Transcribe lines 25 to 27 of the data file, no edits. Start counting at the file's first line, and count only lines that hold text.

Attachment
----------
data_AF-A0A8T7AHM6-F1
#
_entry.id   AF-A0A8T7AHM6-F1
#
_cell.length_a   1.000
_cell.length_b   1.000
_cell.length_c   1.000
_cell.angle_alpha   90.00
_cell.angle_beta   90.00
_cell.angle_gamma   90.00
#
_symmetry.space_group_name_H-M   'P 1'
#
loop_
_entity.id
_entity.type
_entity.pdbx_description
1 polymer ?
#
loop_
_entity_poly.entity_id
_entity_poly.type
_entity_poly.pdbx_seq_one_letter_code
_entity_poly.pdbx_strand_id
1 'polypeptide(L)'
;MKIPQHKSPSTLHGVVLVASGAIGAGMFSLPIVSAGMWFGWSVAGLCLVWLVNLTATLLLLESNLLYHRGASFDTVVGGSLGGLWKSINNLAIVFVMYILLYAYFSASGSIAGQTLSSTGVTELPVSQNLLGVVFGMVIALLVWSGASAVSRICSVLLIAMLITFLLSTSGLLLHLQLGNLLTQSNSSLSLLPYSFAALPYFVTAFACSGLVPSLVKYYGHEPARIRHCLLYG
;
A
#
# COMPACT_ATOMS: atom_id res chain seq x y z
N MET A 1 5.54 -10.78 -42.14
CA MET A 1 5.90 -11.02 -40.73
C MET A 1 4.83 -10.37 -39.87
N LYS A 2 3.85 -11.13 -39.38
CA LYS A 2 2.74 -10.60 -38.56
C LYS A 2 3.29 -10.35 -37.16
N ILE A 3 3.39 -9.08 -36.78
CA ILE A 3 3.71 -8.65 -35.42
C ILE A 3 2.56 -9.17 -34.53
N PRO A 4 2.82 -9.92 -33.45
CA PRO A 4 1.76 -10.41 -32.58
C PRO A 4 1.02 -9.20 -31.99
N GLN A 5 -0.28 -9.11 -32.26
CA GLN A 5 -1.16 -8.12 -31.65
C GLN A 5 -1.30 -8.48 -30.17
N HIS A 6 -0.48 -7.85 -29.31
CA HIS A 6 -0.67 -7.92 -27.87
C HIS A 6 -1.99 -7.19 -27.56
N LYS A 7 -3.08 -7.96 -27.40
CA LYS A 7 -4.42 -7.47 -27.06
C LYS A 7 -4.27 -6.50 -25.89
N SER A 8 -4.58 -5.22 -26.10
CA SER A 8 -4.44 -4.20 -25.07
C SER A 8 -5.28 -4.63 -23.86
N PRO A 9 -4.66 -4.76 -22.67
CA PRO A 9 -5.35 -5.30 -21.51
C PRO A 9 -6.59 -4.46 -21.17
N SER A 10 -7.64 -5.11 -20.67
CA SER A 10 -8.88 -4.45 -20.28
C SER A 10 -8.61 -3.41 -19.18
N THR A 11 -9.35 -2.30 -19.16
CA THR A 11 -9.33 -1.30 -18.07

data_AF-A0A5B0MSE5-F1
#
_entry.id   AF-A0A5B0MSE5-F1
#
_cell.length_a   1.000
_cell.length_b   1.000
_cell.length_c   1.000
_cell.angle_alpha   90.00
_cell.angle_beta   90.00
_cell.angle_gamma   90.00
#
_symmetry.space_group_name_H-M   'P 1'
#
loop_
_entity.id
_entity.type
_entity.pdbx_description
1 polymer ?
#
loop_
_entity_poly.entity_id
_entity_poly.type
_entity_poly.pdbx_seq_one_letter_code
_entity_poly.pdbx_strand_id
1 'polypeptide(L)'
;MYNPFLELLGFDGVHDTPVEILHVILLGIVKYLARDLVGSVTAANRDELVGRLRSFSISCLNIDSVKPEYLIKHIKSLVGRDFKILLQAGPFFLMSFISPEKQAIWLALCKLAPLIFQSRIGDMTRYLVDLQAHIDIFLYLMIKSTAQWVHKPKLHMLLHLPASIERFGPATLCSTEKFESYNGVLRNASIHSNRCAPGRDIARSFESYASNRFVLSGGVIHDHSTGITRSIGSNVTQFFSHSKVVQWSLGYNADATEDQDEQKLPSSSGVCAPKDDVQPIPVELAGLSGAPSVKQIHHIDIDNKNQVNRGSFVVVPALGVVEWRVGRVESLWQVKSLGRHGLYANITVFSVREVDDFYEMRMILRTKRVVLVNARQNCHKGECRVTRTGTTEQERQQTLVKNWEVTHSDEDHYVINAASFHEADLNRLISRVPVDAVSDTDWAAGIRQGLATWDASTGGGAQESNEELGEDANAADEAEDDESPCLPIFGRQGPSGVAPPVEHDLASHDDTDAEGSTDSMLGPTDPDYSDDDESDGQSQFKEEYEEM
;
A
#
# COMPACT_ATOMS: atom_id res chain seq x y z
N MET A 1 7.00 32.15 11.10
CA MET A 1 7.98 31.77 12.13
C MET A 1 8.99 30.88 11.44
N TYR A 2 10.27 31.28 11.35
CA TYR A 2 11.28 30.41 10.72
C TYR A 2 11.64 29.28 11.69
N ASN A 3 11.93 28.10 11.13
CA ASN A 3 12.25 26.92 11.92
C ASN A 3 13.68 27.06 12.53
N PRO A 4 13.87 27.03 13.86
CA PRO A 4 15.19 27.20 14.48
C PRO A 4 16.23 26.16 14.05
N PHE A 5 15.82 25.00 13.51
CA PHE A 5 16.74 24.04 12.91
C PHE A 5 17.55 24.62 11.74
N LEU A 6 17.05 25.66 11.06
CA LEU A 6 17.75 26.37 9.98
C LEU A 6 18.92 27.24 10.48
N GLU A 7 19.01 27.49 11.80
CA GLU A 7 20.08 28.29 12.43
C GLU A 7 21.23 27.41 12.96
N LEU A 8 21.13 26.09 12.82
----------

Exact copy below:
1 'polypeptide(L)'
;MKIPQHKSPSTLHGVVLVASGAIGAGMFSLPIVSAGMWFGWSVAGLCLVWLVNLTATLLLLESNLLYHRGASFDTVVGGSLGGLWKSINNLAIVFVMYILLYAYFSASGSIAGQTLSSTGVTELPVSQNLLGVVFGMVIALLVWSGASAVSRICSVLLIAMLITFLLSTSGLLLHLQLGNLLTQSNSSLSLLPYSFAALPYFVTAFACSGLVPSLVKYYGHEPARIRHCLLYG
;